In 1928, in the middle of the Amazon rainforest, Henry Ford established a prefab colony called Fordlândia. The city was an attempt to expand his auto empire with the production of its own rubber, the missing link in his supply chain.
Beyond commerce, Ford saw it as a place to enact and teach his idealized form of American culture. He commissioned a library, church, school, and indoor plumbing. The town was complete with ice-cream shops, square dances and hamburgers.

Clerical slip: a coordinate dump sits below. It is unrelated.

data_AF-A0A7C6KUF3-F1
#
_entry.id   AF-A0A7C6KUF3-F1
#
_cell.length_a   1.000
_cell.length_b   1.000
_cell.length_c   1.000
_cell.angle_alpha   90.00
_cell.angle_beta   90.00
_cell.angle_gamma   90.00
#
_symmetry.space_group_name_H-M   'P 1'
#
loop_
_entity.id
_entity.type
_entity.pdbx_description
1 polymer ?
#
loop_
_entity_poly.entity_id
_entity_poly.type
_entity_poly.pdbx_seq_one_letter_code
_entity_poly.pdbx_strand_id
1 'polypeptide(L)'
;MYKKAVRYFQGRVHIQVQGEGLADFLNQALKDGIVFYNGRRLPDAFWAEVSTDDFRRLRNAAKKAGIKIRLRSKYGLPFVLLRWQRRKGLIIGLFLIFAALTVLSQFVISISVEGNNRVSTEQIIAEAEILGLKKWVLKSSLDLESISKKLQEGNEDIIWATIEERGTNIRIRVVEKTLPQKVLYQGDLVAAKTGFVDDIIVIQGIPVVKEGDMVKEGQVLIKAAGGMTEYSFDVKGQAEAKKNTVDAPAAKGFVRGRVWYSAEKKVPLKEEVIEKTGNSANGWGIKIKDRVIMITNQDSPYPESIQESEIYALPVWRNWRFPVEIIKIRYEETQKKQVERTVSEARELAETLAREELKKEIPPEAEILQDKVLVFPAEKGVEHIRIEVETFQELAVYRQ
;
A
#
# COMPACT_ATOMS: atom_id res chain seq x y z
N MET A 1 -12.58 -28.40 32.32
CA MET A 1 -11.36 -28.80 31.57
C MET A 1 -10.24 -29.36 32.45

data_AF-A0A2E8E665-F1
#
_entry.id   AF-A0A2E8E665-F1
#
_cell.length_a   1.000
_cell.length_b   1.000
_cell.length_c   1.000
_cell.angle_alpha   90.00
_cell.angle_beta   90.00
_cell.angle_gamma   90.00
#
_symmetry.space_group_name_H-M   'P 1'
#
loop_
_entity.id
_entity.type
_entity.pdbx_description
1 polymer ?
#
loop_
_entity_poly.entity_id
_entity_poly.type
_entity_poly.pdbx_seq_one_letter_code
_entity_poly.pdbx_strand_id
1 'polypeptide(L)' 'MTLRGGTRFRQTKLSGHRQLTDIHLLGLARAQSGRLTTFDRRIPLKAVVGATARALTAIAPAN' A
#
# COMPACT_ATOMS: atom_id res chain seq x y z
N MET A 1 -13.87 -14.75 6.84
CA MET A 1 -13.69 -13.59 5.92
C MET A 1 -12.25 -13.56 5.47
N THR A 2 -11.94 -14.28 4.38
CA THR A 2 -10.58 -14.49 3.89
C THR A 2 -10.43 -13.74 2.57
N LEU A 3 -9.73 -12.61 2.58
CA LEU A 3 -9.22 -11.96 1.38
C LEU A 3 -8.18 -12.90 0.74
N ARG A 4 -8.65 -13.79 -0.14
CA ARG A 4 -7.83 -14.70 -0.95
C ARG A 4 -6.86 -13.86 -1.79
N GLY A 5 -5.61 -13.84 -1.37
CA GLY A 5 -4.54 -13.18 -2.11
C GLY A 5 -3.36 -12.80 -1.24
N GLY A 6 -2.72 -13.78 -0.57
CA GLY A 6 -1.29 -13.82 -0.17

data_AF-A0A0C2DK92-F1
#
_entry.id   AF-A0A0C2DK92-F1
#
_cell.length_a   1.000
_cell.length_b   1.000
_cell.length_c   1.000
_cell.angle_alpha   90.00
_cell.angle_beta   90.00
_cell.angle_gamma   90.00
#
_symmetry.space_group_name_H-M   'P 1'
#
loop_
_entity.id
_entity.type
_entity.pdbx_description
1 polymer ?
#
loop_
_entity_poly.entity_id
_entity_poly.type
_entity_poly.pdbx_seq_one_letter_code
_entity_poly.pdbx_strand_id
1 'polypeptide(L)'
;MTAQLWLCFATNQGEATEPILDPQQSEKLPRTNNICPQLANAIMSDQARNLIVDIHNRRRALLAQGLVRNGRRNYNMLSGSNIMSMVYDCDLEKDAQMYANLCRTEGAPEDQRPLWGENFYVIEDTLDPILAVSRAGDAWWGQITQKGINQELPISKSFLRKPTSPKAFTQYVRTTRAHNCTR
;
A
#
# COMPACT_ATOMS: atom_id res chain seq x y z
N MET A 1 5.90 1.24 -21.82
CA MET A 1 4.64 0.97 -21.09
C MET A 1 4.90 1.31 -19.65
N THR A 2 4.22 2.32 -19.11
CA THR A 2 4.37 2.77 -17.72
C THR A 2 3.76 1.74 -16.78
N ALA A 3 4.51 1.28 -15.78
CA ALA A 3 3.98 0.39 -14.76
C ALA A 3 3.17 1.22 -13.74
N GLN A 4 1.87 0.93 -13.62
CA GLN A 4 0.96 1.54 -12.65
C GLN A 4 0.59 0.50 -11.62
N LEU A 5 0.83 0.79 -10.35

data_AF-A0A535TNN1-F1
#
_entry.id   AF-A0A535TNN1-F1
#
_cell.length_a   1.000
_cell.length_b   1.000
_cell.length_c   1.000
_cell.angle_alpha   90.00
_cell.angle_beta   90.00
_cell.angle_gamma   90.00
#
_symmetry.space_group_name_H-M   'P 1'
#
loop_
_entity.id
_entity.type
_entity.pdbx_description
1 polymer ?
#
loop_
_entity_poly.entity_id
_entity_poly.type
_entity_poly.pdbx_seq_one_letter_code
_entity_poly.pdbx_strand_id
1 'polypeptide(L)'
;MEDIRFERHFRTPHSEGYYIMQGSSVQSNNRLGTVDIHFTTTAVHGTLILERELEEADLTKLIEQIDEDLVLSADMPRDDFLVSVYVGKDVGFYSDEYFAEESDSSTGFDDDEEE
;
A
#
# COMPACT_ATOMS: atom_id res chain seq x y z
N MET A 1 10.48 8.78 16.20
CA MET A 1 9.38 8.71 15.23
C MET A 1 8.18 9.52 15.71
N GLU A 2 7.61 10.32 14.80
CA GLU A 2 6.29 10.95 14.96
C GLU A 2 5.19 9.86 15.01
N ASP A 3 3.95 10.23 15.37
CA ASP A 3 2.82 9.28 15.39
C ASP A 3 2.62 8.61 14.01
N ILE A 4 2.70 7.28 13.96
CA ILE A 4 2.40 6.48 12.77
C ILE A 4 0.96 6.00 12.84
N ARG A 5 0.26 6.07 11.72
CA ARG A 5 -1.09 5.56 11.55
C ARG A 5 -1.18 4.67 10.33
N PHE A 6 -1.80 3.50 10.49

While the rubber tree is native to the jungle, blight and predatory insects were rampant. Harsh working schedules, prohibition of alcohol, and bans on both women and tobacco within city limits sparked a major revolt of indigenous workers in 1930. These tensions created an industry for merchant riverboats that would supply these forbidden resources. By 1945, synthetic rubber delivered a final blow to the dream and Henry Ford’s grandson pulled the plug.